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Mr. Huddersfield: Why Andy Booth is a Huddersfield Town Legend

Sivan John takes us down a trip down memory lane as he tells the story of Huddersfield Town legend, Andy Booth

How do you a define a “hero” in football?

It’s a very subjective question as every football fan tends to see their favorite player in certain aspects that may defer from the rest. Success is one way to look at but I’ve learned a great deal that football is beyond that. No matter, how big or small a football club is, there is always a hero that endears to its supporters.

Huddersfield Town may have just been promoted to the Premier League but it is a club that is enriched with over 100 years of footballing history including being the first to win three top-flight league titles in a row. In a nutshell, it is a club that is not short of heroes.

Since I’ve fallen in love with this team in 2011, one name tends to pop up every now and then. He wasn’t part of any of the Town sides to win major honors. Instead, he played a crucial role in keeping the club going during the twilight years in the lower divisions.

If the name Andy Booth doesn’t ring a bell, then it gives me, even more, the pleasure to write this article about a player whose career has taken him from West Yorkshire to the Premier League and back.

At a time when the English game was blessed with top class strikers from the likes of Alan Shearer, Teddy Sheringham, Les Ferdinand, Ian Wright, Robbie Fowler, Andrew Cole and much more; Andy Booth was doing his thing in the lower tiers of English football.

Born and raised in Huddersfield, he joined his boyhood club as a trainee after he was very close to signing with Scarborough FC. In March 1992, he made his debut as a substitute against Fulham. Then manager Ian Ross was convinced enough with Andy’s potential that he decided to hand him his first ever professional contract.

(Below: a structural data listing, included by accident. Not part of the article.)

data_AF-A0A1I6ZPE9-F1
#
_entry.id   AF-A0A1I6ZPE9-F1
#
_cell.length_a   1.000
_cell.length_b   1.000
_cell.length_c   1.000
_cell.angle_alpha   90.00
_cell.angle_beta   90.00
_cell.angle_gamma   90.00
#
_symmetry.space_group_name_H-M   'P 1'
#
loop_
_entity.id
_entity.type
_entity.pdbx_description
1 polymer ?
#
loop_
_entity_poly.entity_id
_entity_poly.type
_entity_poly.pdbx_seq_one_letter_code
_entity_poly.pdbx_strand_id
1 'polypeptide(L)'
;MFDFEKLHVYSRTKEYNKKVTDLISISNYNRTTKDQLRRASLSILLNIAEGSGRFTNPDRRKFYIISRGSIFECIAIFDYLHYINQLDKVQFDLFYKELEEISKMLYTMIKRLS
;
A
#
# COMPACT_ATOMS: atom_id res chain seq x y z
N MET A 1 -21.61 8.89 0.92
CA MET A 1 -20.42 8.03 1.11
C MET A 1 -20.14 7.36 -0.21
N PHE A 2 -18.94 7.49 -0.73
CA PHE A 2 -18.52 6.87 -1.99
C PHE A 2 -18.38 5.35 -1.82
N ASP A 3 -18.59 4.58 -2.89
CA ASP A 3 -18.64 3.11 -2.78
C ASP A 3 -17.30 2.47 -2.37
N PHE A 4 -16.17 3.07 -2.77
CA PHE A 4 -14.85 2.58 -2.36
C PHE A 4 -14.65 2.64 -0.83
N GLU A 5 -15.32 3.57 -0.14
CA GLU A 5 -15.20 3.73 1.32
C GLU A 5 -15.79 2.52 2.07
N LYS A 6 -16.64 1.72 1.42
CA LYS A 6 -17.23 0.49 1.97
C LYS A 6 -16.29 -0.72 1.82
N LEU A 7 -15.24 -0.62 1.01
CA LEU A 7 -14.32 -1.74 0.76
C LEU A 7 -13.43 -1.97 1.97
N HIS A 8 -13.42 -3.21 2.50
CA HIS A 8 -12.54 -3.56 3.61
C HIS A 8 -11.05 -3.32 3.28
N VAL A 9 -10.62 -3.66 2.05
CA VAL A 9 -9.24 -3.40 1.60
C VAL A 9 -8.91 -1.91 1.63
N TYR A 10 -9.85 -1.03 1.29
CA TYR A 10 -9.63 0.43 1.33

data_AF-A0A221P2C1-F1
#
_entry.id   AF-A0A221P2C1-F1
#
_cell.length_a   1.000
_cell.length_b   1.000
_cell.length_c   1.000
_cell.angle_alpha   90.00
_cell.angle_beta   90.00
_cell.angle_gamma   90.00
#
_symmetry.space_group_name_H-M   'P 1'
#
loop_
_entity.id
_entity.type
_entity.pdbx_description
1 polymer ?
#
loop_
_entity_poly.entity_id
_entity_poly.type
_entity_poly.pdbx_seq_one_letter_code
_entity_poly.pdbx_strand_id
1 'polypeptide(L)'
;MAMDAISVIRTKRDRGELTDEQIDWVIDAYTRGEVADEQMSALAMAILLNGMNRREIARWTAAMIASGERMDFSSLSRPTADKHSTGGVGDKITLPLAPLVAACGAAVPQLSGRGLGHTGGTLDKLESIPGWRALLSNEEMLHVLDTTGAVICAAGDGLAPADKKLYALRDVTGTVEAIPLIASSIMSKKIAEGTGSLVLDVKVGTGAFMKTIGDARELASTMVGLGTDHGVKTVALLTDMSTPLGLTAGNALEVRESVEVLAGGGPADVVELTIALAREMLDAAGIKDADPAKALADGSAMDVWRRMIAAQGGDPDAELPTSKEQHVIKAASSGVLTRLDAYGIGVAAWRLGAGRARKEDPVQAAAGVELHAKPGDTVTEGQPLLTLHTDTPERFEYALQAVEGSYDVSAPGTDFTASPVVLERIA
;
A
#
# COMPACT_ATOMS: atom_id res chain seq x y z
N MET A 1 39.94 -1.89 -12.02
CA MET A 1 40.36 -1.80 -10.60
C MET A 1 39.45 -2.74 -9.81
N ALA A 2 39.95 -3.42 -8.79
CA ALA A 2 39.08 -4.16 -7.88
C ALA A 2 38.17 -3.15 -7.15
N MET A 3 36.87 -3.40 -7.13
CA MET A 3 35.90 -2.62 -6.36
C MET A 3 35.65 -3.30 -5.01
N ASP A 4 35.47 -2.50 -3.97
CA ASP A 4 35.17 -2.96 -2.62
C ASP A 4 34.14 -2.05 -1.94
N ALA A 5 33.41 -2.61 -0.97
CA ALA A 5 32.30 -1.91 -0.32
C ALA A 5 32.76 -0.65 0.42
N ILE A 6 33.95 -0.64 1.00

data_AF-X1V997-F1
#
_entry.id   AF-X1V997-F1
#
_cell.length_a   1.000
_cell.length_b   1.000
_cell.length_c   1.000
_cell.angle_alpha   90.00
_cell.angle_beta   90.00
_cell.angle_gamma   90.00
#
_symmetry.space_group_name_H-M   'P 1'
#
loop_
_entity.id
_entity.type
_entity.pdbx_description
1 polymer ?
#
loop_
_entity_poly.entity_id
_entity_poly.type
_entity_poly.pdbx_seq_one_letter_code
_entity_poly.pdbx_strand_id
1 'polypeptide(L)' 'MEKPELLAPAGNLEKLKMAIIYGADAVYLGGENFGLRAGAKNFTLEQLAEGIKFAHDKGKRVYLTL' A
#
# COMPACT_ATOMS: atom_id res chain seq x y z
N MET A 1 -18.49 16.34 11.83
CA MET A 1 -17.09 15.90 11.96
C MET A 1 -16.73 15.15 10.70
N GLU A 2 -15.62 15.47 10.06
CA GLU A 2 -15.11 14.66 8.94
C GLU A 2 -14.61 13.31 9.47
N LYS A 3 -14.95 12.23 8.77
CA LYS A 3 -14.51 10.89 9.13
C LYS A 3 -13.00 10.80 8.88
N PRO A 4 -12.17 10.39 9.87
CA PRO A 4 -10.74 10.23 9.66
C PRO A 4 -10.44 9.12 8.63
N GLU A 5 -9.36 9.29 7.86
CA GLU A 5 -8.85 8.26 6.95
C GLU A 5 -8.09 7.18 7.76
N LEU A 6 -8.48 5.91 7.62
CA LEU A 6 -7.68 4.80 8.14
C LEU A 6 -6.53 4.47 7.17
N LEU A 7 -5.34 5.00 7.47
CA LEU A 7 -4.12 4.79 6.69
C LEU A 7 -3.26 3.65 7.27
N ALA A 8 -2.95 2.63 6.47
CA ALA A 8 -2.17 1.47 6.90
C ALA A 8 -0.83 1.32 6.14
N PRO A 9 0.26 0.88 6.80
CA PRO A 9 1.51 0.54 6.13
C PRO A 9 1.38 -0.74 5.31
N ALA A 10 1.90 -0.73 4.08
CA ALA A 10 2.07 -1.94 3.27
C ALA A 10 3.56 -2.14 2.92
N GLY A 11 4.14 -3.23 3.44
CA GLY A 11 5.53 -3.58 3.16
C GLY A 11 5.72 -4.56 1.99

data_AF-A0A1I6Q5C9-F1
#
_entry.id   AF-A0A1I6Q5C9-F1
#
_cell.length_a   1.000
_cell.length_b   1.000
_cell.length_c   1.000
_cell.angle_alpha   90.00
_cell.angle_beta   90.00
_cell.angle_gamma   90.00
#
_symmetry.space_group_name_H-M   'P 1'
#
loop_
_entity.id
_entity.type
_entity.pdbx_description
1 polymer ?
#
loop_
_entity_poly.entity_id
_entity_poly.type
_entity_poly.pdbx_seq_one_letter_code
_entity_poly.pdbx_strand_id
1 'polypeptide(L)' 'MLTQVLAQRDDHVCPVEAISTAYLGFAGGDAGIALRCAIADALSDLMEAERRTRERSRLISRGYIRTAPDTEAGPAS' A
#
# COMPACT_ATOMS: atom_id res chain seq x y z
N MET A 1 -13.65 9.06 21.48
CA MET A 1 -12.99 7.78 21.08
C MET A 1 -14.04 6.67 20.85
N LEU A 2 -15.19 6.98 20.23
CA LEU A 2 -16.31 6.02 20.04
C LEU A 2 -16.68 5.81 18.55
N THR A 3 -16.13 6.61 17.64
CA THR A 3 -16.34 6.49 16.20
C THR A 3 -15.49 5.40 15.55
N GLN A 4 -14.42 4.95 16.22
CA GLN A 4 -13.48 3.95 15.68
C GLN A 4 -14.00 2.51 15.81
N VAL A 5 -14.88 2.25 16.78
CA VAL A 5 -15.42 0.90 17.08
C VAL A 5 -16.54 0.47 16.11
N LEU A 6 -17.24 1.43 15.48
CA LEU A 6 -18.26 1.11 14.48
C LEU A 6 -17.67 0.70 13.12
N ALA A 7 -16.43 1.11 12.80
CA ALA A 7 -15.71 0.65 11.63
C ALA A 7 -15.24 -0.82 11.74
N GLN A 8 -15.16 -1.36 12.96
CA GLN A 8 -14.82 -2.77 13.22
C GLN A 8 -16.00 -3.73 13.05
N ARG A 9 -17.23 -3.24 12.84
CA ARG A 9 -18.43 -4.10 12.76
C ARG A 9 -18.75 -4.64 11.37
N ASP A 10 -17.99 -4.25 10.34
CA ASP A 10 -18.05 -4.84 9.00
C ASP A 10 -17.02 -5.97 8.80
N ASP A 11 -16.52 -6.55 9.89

He was part of the squad for the 1992/93 season but still had to compete with the likes of Iwan Roberts, Phil Starbucks and Iain Dunn for a place in the starting eleven. Nevertheless, he was a very determined young professional and when called he never failed to make a good impression. He scored twice in just four appearances that season. Everyone at the club knew there was something special about him.

The following season, the club appointed a certain Neil Warnock as the new manager. His man management skill was instrumental in unearthing Booth’s talent.

Booth was given his much-needed breakthrough in the first team after fan favorite Roberts was sold to Leicester City. He forced his way into the first team and scored 10 goals that season including a cracker against Cambridge United.

The relationship between Warnock and cult favorite Starbucks wasn’t looking good, as such the latter was offloaded to Sheffield United. By then, the gaffer already knew that in Booth that he had a top striker to lead his team.

Huddersfield Town was about to embark on a new chapter for the 1994/95 season. The club has just moved into a new home ground known as John Smith’s Stadium (at that it was it called McAlpine due to sponsorship reasons).

Booth played up front alongside Ronnie Jepson, the duo would turn out to be one of the deadliest partnerships in Division Two. He had his most productive season, scoring 26 goals in the league including two hat-tricks. Huddersfield Town would eventually finish at a respectable 5th place in the standings and thus compete in the playoffs for promotion to Division One.

They were paired against league’s runners-up Brentford. Both legs ended in a 1-1 draw with Booth scoring the equalizer on their away trip to Griffin Park. As what the club would be known for years to come, Huddersfield booked their trip to Wembley after winning on penalties. Standing in their way was Bristol City.